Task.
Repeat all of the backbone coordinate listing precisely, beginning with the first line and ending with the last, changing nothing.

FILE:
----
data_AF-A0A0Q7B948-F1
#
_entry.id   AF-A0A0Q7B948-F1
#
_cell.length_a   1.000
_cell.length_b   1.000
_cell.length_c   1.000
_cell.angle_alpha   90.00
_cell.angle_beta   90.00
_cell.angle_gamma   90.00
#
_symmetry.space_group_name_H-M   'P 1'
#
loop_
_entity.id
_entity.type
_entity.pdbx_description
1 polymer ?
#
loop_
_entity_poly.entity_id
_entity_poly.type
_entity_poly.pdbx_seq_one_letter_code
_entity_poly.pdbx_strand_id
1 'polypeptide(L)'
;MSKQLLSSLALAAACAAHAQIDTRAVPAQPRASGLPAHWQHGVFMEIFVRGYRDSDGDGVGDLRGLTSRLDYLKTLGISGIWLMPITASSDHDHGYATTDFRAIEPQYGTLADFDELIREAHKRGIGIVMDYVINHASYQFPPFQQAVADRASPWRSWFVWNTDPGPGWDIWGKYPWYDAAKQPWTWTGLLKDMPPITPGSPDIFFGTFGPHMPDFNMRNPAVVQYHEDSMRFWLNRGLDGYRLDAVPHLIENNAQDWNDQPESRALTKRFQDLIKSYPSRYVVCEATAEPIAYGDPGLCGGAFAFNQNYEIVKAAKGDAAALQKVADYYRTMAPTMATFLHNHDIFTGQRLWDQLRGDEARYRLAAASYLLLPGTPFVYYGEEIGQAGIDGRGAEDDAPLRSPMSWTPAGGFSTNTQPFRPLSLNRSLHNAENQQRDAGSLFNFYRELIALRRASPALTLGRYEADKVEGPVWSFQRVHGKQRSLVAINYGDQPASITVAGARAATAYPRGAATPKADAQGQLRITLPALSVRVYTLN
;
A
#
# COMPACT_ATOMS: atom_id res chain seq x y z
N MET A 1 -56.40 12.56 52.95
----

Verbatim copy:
data_AF-A0A0Q7B948-F1
#
_entry.id   AF-A0A0Q7B948-F1
#
_cell.length_a   1.000
_cell.length_b   1.000
_cell.length_c   1.000
_cell.angle_alpha   90.00
_cell.angle_beta   90.00
_cell.angle_gamma   90.00
#
_symmetry.space_group_name_H-M   'P 1'
#
loop_
_entity.id
_entity.type
_entity.pdbx_description
1 polymer ?
#
loop_
_entity_poly.entity_id
_entity_poly.type
_entity_poly.pdbx_seq_one_letter_code
_entity_poly.pdbx_strand_id
1 'polypeptide(L)'
;MSKQLLSSLALAAACAAHAQIDTRAVPAQPRASGLPAHWQHGVFMEIFVRGYRDSDGDGVGDLRGLTSRLDYLKTLGISGIWLMPITASSDHDHGYATTDFRAIEPQYGTLADFDELIREAHKRGIGIVMDYVINHASYQFPPFQQAVADRASPWRSWFVWNTDPGPGWDIWGKYPWYDAAKQPWTWTGLLKDMPPITPGSPDIFFGTFGPHMPDFNMRNPAVVQYHEDSMRFWLNRGLDGYRLDAVPHLIENNAQDWNDQPESRALTKRFQDLIKSYPSRYVVCEATAEPIAYGDPGLCGGAFAFNQNYEIVKAAKGDAAALQKVADYYRTMAPTMATFLHNHDIFTGQRLWDQLRGDEARYRLAAASYLLLPGTPFVYYGEEIGQAGIDGRGAEDDAPLRSPMSWTPAGGFSTNTQPFRPLSLNRSLHNAENQQRDAGSLFNFYRELIALRRASPALTLGRYEADKVEGPVWSFQRVHGKQRSLVAINYGDQPASITVAGARAATAYPRGAATPKADAQGQLRITLPALSVRVYTLN
;
A
#
# COMPACT_ATOMS: atom_id res chain seq x y z
N MET A 1 -56.40 12.56 52.95